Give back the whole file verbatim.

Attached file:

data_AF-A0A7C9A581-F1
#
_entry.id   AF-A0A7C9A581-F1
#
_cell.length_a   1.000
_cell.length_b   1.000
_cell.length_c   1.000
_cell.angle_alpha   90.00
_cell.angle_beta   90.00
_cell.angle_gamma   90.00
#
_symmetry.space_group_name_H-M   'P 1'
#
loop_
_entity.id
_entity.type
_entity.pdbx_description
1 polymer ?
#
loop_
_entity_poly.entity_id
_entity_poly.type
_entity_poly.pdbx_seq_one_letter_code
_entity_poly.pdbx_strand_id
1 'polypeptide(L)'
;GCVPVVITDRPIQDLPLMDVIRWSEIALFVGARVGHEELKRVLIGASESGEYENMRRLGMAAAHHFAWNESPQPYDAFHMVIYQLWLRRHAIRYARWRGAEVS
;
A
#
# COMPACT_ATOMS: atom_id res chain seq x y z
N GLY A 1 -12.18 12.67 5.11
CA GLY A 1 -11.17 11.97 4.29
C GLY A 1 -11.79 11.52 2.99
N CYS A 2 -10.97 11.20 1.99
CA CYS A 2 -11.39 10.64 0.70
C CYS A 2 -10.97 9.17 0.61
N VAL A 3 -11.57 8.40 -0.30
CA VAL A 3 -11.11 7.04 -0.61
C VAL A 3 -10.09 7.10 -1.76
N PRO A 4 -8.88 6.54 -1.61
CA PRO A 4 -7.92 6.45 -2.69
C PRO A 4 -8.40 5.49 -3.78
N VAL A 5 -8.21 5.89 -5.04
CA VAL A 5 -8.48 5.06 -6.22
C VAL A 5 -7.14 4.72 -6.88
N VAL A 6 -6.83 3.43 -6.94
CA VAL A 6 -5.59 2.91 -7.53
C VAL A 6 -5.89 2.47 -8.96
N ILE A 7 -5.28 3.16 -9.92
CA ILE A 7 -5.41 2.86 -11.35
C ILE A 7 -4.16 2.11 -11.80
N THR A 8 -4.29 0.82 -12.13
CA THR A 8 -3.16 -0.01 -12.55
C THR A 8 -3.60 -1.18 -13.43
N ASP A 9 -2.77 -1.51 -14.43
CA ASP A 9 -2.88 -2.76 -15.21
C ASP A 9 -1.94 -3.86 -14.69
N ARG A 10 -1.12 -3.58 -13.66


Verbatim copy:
data_AF-A0A7C9A581-F1
#
_entry.id   AF-A0A7C9A581-F1
#
_cell.length_a   1.000
_cell.length_b   1.000
_cell.length_c   1.000
_cell.angle_alpha   90.00
_cell.angle_beta   90.00
_cell.angle_gamma   90.00
#
_symmetry.space_group_name_H-M   'P 1'
#
loop_
_entity.id
_entity.type
_entity.pdbx_description
1 polymer ?
#
loop_
_entity_poly.entity_id
_entity_poly.type
_entity_poly.pdbx_seq_one_letter_code
_entity_poly.pdbx_strand_id
1 'polypeptide(L)'
;GCVPVVITDRPIQDLPLMDVIRWSEIALFVGARVGHEELKRVLIGASESGEYENMRRLGMAAAHHFAWNESPQPYDAFHMVIYQLWLRRHAIRYARWRGAEVS
;
A
#
# COMPACT_ATOMS: atom_id res chain seq x y z
N GLY A 1 -12.18 12.67 5.11
CA GLY A 1 -11.17 11.97 4.29
C GLY A 1 -11.79 11.52 2.99
N CYS A 2 -10.97 11.20 1.99
CA CYS A 2 -11.39 10.64 0.70
C CYS A 2 -10.97 9.17 0.61
N VAL A 3 -11.57 8.40 -0.30
CA VAL A 3 -11.11 7.04 -0.61
C VAL A 3 -10.09 7.10 -1.76
N PRO A 4 -8.88 6.54 -1.61
CA PRO A 4 -7.92 6.45 -2.69
C PRO A 4 -8.40 5.49 -3.78
N VAL A 5 -8.21 5.89 -5.04
CA VAL A 5 -8.48 5.06 -6.22
C VAL A 5 -7.14 4.72 -6.88
N VAL A 6 -6.83 3.43 -6.94
CA VAL A 6 -5.59 2.91 -7.53
C VAL A 6 -5.89 2.47 -8.96
N ILE A 7 -5.28 3.16 -9.92
CA ILE A 7 -5.41 2.86 -11.35
C ILE A 7 -4.16 2.11 -11.80
N THR A 8 -4.29 0.82 -12.13
CA THR A 8 -3.16 -0.01 -12.55
C THR A 8 -3.60 -1.18 -13.43
N ASP A 9 -2.77 -1.51 -14.43
CA ASP A 9 -2.88 -2.76 -15.21
C ASP A 9 -1.94 -3.86 -14.69
N ARG A 10 -1.12 -3.58 -13.66